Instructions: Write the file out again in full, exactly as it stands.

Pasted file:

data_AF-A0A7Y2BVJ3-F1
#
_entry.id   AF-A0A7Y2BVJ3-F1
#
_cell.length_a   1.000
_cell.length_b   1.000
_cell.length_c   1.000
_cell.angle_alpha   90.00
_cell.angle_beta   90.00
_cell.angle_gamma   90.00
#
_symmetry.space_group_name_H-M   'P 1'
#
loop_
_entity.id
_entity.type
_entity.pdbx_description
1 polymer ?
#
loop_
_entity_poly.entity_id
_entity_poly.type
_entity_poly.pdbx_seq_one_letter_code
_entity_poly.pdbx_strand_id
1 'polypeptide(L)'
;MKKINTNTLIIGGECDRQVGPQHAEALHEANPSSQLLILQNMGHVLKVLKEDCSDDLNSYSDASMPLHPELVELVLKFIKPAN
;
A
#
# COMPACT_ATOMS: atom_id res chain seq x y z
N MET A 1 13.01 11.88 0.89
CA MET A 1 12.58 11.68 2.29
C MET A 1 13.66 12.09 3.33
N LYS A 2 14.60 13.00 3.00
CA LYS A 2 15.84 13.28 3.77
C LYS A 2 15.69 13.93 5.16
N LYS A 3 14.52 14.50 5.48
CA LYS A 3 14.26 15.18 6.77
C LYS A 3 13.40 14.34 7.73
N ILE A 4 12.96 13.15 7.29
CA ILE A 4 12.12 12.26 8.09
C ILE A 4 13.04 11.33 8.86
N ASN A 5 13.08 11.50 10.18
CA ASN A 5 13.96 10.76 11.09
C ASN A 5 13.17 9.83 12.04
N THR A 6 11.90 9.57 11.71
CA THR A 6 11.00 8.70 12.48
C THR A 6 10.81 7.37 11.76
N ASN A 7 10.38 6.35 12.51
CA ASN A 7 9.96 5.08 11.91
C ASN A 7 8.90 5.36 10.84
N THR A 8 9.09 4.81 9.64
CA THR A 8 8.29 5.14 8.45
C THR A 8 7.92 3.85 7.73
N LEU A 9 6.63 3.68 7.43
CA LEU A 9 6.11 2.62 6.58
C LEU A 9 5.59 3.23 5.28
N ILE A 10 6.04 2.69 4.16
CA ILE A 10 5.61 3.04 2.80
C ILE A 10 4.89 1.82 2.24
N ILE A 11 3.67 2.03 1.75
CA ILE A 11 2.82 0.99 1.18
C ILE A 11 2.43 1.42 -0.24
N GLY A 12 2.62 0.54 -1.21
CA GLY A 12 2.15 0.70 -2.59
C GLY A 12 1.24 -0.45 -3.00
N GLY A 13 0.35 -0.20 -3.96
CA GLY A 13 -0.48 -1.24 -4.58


data_AF-A0A7Y2BVJ3-F1
#
_entry.id   AF-A0A7Y2BVJ3-F1
#
_cell.length_a   1.000
_cell.length_b   1.000
_cell.length_c   1.000
_cell.angle_alpha   90.00
_cell.angle_beta   90.00
_cell.angle_gamma   90.00
#
_symmetry.space_group_name_H-M   'P 1'
#
loop_
_entity.id
_entity.type
_entity.pdbx_description
1 polymer ?
#
loop_
_entity_poly.entity_id
_entity_poly.type
_entity_poly.pdbx_seq_one_letter_code
_entity_poly.pdbx_strand_id
1 'polypeptide(L)'
;MKKINTNTLIIGGECDRQVGPQHAEALHEANPSSQLLILQNMGHVLKVLKEDCSDDLNSYSDASMPLHPELVELVLKFIKPAN
;
A
#
# COMPACT_ATOMS: atom_id res chain seq x y z
N MET A 1 13.01 11.88 0.89
CA MET A 1 12.58 11.68 2.29
C MET A 1 13.66 12.09 3.33
N LYS A 2 14.60 13.00 3.00
CA LYS A 2 15.84 13.28 3.77
C LYS A 2 15.69 13.93 5.16
N LYS A 3 14.52 14.50 5.48
CA LYS A 3 14.26 15.18 6.77
C LYS A 3 13.40 14.34 7.73
N ILE A 4 12.96 13.15 7.29
CA ILE A 4 12.12 12.26 8.09
C ILE A 4 13.04 11.33 8.86
N ASN A 5 13.08 11.50 10.18
CA ASN A 5 13.96 10.76 11.09
C ASN A 5 13.17 9.83 12.04
N THR A 6 11.90 9.57 11.71
CA THR A 6 11.00 8.70 12.48
C THR A 6 10.81 7.37 11.76
N ASN A 7 10.38 6.35 12.51
CA ASN A 7 9.96 5.08 11.91
C ASN A 7 8.90 5.36 10.84
N THR A 8 9.09 4.81 9.64
CA THR A 8 8.29 5.14 8.45
C THR A 8 7.92 3.85 7.73
N LEU A 9 6.63 3.68 7.43
CA LEU A 9 6.11 2.62 6.58
C LEU A 9 5.59 3.23 5.28
N ILE A 10 6.04 2.69 4.16
CA ILE A 10 5.61 3.04 2.80
C ILE A 10 4.89 1.82 2.24
N ILE A 11 3.67 2.03 1.75
CA ILE A 11 2.82 0.99 1.18
C ILE A 11 2.43 1.42 -0.24
N GLY A 12 2.62 0.54 -1.21
CA GLY A 12 2.15 0.70 -2.59
C GLY A 12 1.24 -0.45 -3.00
N GLY A 13 0.35 -0.20 -3.96
CA GLY A 13 -0.48 -1.24 -4.58